Sunday, July 22, 2018
Most home buyers will need to finance much of their home purchase. Getting a loan in place is an important part of the home buying process. The mortgage itself is simply a piece of paper, like an IOU, that you sign and hand over to the lender in exchange for a mortgage loan. If you default on your repayment of the loan, the mortgage gives the lender the right to foreclose and take possession of your property.
The lender is the mortgagee and you as the borrower are the mortgagor. The lender gives you the loan and you give the lender a mortgage on your home.
Because lending and mortgage language can be confusing we invite you to use our Mortgage Glossary. Buyer’s Choice Realty has no financial connection to any lender and receives no compensation of any sort from any companies mentioned or referred.
There is also a splendid on-line Mortgage Basics Course on Bankrate.com. It consists of 7 Chapters with multiple choice questions at the end of each chapter.
If you are a visual learner you will enjoy these 16 brief video lessons on How to Obtain a Mortgage found on eHow.com.
The following is our own attempt to educate you in the mortgage process.
Interest Rates - Mortgage Lenders charge fees for the use of their money. The biggest fee is the interest rate they charge you. Additional fees are more confusing to get a handle on. Different lenders charge different fees. This may include fees for loan application, credit report, appraisal, points, and other fess sometimes wrapped together and called an origination fee. APR or Annual Percentage Rate is a more helpful way of comparing loans because it includes the interest plus points and fees.
We have a separate section on Loan Shopping because it is a technique few borrowers understand. Our web based comparison work sheet will help you compare lenders in a more precise and accurate manner. It’s worth your while to take a close look at closing costs.
Mortgage Broker or Mortgage Lender– It is important to know if the company you select for your financing is a Mortgage Broker or a Mortgage Lender.
Mortgage Brokers do not lend money directly, but rather they arrange transactions. They have access to several lenders and will find a lender for you. They operate as an independent business with no direct affiliation to any specific lender. You could have a wider selection of loan products with a Mortgage Broker.
A Mortgage Broker can take an application and collect the required documents from you for your loan file, but the decision to approve and fund your mortgage loan is always made by the lender. Also, if you change the loan parameters the Mortgage Broker may need to have you fill out new paperwork required by the new lender you are switching to.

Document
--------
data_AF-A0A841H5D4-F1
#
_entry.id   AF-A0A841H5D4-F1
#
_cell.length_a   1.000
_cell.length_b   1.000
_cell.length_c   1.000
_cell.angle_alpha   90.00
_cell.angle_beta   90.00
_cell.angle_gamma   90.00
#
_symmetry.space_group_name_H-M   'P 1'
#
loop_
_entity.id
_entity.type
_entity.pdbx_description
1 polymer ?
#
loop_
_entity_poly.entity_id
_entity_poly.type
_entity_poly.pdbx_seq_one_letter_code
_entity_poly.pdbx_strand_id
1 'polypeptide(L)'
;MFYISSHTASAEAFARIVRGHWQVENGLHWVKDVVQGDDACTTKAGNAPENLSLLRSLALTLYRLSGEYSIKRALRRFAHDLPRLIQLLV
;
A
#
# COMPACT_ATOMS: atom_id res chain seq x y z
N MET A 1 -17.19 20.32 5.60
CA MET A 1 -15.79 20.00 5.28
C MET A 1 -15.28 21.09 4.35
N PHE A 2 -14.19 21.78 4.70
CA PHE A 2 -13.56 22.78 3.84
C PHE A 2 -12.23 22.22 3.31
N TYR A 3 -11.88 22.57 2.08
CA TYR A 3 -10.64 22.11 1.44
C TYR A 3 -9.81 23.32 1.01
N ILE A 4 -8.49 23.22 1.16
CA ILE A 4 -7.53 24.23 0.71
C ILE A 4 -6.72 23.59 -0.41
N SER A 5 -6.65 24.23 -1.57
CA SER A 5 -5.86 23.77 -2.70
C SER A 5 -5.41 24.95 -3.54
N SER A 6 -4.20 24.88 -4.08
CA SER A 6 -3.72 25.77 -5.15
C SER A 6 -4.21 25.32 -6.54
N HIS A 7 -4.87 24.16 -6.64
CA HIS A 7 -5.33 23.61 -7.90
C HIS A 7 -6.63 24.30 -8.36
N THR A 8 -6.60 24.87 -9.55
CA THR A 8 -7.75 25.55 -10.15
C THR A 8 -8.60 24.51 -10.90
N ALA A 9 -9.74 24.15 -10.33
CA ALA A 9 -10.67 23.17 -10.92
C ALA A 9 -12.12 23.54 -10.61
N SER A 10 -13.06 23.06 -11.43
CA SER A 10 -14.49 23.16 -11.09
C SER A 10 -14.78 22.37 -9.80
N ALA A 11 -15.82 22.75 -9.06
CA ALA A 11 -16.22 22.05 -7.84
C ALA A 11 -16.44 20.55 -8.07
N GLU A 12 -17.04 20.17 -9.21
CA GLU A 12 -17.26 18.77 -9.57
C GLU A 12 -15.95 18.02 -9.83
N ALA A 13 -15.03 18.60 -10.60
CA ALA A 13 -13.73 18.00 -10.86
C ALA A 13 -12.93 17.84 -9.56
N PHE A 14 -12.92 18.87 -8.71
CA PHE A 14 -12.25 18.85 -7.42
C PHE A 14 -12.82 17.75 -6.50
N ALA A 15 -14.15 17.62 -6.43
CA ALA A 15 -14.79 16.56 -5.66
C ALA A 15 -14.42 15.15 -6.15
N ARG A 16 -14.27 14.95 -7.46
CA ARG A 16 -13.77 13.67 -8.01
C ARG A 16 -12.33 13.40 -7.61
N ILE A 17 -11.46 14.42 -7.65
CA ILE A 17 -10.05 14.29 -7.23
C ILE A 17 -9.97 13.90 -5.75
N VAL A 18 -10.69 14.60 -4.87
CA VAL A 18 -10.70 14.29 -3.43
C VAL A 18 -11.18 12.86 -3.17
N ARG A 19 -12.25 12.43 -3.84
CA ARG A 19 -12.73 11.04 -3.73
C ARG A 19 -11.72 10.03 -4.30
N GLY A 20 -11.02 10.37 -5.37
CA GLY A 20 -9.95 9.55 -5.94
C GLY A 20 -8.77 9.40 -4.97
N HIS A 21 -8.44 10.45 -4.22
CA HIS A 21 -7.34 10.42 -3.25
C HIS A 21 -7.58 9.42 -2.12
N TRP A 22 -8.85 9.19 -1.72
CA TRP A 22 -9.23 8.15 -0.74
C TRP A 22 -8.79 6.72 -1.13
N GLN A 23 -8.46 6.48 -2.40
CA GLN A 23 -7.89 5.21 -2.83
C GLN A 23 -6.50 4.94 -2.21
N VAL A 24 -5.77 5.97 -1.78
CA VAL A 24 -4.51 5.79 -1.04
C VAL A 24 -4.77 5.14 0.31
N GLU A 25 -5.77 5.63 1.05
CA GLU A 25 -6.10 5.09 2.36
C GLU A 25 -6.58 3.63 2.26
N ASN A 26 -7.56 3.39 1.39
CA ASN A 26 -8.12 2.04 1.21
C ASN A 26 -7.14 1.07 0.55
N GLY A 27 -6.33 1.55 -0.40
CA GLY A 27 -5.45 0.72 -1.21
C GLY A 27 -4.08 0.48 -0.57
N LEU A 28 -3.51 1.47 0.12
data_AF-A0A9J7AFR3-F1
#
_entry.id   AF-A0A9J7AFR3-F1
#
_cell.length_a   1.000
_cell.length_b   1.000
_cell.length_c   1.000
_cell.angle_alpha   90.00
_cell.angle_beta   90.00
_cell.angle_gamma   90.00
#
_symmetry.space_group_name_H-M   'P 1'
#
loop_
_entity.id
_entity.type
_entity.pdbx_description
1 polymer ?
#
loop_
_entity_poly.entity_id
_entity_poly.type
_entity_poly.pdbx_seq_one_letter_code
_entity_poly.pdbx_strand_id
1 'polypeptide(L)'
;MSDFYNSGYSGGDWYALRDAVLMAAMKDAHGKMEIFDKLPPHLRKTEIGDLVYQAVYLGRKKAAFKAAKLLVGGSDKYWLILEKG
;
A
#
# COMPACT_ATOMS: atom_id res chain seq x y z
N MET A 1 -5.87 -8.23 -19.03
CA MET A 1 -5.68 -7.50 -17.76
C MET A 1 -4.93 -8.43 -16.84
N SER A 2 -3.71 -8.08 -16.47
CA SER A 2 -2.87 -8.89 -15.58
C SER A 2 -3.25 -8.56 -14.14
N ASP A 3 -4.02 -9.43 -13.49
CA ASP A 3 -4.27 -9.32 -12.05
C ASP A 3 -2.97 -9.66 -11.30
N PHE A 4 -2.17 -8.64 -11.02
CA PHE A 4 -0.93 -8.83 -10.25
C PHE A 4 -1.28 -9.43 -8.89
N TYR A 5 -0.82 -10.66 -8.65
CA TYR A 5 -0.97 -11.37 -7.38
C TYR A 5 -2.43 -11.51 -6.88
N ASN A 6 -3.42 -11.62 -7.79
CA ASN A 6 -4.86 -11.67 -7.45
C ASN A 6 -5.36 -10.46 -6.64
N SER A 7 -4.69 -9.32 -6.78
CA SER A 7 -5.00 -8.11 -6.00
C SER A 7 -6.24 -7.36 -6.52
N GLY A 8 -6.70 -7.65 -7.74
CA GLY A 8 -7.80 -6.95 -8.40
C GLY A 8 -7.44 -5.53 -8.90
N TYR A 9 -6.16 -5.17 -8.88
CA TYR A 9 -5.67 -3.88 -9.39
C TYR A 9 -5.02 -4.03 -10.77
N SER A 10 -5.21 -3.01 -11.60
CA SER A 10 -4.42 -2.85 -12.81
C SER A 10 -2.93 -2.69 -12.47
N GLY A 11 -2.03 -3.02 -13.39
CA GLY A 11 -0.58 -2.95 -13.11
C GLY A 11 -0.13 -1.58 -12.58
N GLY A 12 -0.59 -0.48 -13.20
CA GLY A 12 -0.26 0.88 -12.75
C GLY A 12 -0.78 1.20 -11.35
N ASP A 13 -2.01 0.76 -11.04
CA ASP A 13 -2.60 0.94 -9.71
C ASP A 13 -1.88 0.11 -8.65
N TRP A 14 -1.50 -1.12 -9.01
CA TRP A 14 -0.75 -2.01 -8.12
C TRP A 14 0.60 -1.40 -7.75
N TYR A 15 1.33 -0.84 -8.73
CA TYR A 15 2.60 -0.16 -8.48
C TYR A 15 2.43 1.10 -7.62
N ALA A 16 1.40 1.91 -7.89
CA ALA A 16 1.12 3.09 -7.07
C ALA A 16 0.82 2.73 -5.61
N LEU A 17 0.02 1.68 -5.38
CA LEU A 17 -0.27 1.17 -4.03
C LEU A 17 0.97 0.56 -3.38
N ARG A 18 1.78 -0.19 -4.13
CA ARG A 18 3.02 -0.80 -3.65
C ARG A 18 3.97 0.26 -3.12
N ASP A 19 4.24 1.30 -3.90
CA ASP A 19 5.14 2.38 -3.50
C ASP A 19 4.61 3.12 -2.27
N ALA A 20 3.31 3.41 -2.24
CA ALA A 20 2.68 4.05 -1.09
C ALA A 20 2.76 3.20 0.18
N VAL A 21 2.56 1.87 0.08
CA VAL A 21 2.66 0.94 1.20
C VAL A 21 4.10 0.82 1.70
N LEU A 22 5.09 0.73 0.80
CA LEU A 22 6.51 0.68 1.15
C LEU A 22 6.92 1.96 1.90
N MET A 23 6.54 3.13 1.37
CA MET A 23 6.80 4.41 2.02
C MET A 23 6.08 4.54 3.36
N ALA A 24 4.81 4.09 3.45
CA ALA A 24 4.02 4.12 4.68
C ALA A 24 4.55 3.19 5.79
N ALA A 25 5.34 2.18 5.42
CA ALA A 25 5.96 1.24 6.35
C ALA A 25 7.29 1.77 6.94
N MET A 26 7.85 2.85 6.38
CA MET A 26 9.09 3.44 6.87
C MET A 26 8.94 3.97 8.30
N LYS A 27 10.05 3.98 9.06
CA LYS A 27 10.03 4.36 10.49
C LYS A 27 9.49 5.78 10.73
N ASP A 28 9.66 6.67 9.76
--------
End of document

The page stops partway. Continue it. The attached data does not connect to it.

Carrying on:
Mortgage Brokers are compensated in points paid at closing or as an add-on to your interest rate or possibly both. Their fees may be separate from and in addition to the lenders origination fee or other fees. It is wise to ask the Mortgage Broker how he or she will be compensated.
Mortgage Lenders have the authority to approve your loan in-house. They can portfolio your loan or sell it directly to the secondary market. There is no middle-man when you are using a Mortgage lender.
Because a lender has the ability for in-house approval, it may be easier for you to monitor the status of your loan and to get direct answers to questions during the loan process. Sometimes it may not be clear whether you are dealing with a lender or a broker.
Some financial institutions operate as both. Mortgage Brokers don’t always use the word “broker” in their ads. Ask if a Mortgage Broker is involved in your transaction. Choose your lender carefully. Look for financial stability and a reputation for customer satisfaction. Choose a company that gives helpful advice and makes you feel comfortable.
Don’t be afraid to make Mortgage Lenders and Mortgage Brokers compete with each other for your business by letting them know you are shopping to compare costs and terms for the best deal. Since interest rates and points can change daily, to compare apples to apples be sure to get all your information on the same day.
PITI – An acronym for Principal, Interest, Taxes and Insurance, these are the four components of a mortgage payment. These are important factors that affect your monthly payments. The principal and interest payments are paid to the lender. The monthly tax and home insurance payments are escrowed by the lender and included in your monthly payments
Principal -is the actual amount of your loan. A portion of the principal is usually paid off with each mortgage payment. The principal component of each payment (except on interest only loans) is typically very small in the first few months, but increases as the mortgage balance drops.